England, Northern Ireland, Scotland and Wales each have their own systems of private and publicly funded healthcare. Whilst each have different policies and priorities they all provide free public healthcare to all UK permanent residents and are funded by the Government from general taxation.
The majority of healthcare in England is provided by the National Health Service (NHS).
Online services provided by the NHS include:
Guides to the NHS
A complete guide to NHS Healthcare including patients rights is available at:
For a guide to Healthcare for the armed forces community click here.
For information on NHS services for overseas visitors to the UK, follow this link.
The National Institute for Health and Care Excellence (N ICE) provides advice and guidance to the NHS, local authorities, charities, and anyone with a responsibility for commissioning or providing healthcare, public health or social care services in order to improve outcomes for people using public health and social care services.
It is probable that may be admitted to hospital at some point and this can be both stressful and unsettling. AgeUK have produced a downloadable guide explaining what to expect when going into hospital, while you’re there and when you’re discharged, available at this link.
Community Diagnostic Centres (CDC)
Based in a variety of settings including shopping centres, university campuses and football stadiums, over 100 of the community healthcare hubs are already open reducing pressure on hospitals, providing quicker access to tests and greater convenience to patients.
They offer patients a wide range of diagnostic tests closer to home and greater choice on where and how they are treated, reducing the need for hospital visits and helping them to receive potentially life-saving care sooner.
Activity includes Imaging (CT, MRI, x-ray), endoscopy (gastroscopy, flex sigmoidoscopy), physiological measurements (echocardiography, spirometry) and pathology (phlebotomy and point of care testing).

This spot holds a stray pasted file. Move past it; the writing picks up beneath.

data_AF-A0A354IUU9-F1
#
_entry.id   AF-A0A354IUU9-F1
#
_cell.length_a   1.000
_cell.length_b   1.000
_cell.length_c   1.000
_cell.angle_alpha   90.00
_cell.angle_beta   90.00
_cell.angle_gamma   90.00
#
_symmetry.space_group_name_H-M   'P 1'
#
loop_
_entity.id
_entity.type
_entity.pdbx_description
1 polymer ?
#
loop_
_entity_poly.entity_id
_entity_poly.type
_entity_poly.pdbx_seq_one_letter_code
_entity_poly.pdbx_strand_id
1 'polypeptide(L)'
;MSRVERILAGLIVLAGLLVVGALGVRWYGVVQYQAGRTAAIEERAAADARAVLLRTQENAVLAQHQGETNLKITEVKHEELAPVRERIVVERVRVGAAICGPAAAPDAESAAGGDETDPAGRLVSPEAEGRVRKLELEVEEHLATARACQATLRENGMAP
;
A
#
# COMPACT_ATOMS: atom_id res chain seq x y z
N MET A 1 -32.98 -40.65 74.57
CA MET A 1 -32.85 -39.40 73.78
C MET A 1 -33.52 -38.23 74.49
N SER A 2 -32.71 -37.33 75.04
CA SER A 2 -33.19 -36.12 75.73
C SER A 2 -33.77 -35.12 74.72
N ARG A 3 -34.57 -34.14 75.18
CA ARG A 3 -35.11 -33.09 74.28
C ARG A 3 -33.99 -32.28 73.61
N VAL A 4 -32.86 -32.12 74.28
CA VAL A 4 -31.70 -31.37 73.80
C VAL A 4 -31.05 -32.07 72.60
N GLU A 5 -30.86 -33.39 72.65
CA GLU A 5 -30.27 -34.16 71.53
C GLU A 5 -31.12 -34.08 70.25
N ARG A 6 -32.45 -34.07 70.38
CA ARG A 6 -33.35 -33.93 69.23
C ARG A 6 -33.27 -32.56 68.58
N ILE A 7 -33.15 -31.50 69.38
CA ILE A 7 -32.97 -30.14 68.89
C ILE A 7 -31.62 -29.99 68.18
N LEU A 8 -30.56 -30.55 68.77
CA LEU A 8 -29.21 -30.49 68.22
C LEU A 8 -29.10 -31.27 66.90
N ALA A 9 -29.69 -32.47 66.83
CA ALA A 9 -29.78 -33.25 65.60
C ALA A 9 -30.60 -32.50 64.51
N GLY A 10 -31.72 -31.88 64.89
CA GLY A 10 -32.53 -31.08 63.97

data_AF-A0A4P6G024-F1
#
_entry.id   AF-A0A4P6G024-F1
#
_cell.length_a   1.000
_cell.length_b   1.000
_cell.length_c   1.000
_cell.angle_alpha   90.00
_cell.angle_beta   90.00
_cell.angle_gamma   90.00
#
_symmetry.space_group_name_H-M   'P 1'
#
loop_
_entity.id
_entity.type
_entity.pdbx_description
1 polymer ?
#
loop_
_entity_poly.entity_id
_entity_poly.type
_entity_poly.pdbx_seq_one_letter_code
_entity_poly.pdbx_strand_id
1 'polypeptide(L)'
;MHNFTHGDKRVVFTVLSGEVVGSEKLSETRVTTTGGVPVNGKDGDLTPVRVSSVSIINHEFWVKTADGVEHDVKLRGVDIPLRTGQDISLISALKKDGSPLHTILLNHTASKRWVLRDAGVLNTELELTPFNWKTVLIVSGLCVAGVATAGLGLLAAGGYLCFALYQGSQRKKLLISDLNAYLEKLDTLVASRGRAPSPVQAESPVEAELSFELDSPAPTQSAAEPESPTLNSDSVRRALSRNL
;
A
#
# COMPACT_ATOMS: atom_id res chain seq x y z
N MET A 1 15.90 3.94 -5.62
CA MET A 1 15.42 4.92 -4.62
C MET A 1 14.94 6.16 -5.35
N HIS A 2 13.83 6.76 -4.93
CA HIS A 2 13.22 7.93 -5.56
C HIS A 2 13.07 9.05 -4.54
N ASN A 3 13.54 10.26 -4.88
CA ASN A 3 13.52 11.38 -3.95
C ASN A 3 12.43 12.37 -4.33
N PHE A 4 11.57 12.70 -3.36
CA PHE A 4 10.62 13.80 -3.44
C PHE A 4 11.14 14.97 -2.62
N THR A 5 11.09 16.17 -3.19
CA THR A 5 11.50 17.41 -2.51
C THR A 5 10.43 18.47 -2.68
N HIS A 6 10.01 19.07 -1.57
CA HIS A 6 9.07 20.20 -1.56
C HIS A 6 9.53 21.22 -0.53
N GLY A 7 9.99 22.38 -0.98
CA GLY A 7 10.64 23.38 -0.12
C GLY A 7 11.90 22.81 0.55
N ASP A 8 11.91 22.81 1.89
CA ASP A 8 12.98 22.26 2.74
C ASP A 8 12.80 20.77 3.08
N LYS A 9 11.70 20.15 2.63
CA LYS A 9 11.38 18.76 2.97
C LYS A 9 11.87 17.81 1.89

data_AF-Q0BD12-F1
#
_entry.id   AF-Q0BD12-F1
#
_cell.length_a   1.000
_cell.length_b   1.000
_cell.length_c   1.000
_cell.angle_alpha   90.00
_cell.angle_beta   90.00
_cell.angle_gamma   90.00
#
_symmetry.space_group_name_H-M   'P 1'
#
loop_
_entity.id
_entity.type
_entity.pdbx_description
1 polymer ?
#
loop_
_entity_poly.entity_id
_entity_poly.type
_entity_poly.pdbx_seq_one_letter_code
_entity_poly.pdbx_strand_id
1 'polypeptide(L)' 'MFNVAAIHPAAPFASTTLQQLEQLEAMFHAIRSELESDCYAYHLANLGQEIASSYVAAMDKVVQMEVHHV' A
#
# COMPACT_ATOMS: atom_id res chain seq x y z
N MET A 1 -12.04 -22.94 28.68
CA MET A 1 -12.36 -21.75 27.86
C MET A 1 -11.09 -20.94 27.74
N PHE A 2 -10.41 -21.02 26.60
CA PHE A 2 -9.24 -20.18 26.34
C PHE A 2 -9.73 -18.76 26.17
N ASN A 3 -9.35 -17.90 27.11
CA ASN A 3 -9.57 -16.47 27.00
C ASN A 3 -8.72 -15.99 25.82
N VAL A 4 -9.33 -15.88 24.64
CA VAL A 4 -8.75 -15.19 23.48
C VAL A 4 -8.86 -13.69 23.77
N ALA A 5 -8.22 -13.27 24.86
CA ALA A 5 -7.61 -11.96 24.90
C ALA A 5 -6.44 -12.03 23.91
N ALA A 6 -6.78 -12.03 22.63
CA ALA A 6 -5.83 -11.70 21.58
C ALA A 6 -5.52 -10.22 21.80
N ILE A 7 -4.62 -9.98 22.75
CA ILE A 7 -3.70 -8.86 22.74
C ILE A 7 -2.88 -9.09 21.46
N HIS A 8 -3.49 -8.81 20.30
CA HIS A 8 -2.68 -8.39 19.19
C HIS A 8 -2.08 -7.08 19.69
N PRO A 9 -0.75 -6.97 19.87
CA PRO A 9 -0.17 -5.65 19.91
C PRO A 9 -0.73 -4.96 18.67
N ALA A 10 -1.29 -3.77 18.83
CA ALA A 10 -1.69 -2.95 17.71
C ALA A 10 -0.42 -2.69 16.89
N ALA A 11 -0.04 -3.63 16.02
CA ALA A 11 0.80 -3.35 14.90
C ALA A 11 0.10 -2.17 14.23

Further CDCs will be opened across the country with a target of 160 by March 2024.
Full details of services provided and locations are available at the following links:
NHS Virtual wards (also known as hospital at home) enable patients to get hospital-level care at home or in a care home safely and in familiar surroundings close to their friends and family. helping speed up their recovery while freeing up hospital beds for patients that need them most.
The hospital at home service already provides treatment for respiratory issues and frailty and has been shown to reduce recovery times, as well as easing pressure on hospital beds. The service has been expanded to cater for patients with long-term heart conditions..
Patients are monitored around the clock by skilled clinical staff through home or virtual visits using video and other technology/medical devices, to monitor patients’ vital signs.
Full details of Virtual wards are available fron nhs.uk.
General Practioners (GPs)
Anyone in England can register with a GP surgery to access NHS services - it's free to register.
Full details of how to register, sevices provided and your local surgery are available at NHS GPs.
Pharmacists are experts in medicines who can help you with minor health concerns.
From December 2023 pharmacies across the country will begin offering a new contraceptive service with almost half a million women able to access the contraceptive pill next year without needing to contact their GP first.
Services will also be expanded to enable patients to get treatment for seven common conditions directly from a pharmacy, without the need for a GP appointment or prescription. The new service covers sinusitis, sore throat, earache, infected insect bite, impetigo, shingles, and uncomplicated urinary tract infections in women.
Find out how your local pharmacy can help at this link.
Click here to find pharmacies in your area.
If you run out of medicine outside of your GP surgery's normal opening hours or are away from home and need some urgently, there are ways to get an emergency supply quickly, Find out more at nhs.uk.
NHS flu vaccine from a pharmacy
You may be able to have an NHS flu vaccine from a pharmacy if:
To see if you are eligble and to find a pharmacy that offers NHS flu vaccination, follow this link.
New Medicine Service (NMS)
The first time you are prescribed a medicine to treat a long-term condition, you may be able to get extra help and advice about your medicine from your local Pharmacist through a free scheme called the New Medicine Service (NMS). Full details of this service are available at nhs.uk.
Dangers of buying medicines online
It is important to take great care when buying medicines online, particularly if the medicine is only available from a pharmacy. If you buy medicines online, you may be putting yourself at serious risk of harm.
Full details of the dangers of buying medicines online and how to safely use the internet for medicines is available at nhs.uk.
If you think an NHS practitioner or social services employee has been guilty of professional misconduct, you should complain to their professional or regulatory body. For more information click here.
To find out more about any of the Complaints Procedure, Help with Complaints and Feedback follow this link.
A factsheet, "Resolving problems and making a complaint about NHS care" is available from AgeUK.
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